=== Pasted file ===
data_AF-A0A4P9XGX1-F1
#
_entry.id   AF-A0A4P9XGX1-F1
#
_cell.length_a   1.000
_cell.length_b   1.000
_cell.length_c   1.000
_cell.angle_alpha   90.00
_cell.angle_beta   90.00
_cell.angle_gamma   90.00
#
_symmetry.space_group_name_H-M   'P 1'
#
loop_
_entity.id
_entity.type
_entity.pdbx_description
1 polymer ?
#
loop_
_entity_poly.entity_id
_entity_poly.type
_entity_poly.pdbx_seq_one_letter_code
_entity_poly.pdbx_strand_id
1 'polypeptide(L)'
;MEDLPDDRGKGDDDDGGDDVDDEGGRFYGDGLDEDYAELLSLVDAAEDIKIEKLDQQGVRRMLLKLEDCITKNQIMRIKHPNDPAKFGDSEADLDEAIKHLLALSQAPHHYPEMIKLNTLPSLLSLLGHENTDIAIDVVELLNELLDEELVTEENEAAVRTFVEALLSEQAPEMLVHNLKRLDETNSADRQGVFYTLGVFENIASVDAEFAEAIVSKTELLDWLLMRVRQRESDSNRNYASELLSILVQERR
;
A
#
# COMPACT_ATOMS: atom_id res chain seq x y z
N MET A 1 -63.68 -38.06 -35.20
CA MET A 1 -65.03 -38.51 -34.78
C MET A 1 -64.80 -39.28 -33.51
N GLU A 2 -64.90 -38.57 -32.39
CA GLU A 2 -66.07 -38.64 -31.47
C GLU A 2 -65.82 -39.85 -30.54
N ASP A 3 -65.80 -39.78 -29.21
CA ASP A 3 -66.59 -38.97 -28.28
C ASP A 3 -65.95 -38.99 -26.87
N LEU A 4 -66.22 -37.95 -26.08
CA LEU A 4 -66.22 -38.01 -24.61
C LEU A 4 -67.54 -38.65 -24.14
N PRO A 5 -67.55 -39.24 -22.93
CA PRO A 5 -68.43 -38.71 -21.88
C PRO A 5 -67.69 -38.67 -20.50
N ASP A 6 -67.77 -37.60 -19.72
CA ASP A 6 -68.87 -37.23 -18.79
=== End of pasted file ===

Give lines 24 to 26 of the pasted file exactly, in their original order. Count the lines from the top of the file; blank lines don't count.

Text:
_entity_poly.pdbx_strand_id
1 'polypeptide(L)'
;MEDLPDDRGKGDDDDGGDDVDDEGGRFYGDGLDEDYAELLSLVDAAEDIKIEKLDQQGVRRMLLKLEDCITKNQIMRIKHPNDPAKFGDSEADLDEAIKHLLALSQAPHHYPEMIKLNTLPSLLSLLGHENTDIAIDVVELLNELLDEELVTEENEAAVRTFVEALLSEQAPEMLVHNLKRLDETNSADRQGVFYTLGVFENIASVDAEFAEAIVSKTELLDWLLMRVRQRESDSNRNYASELLSILVQERR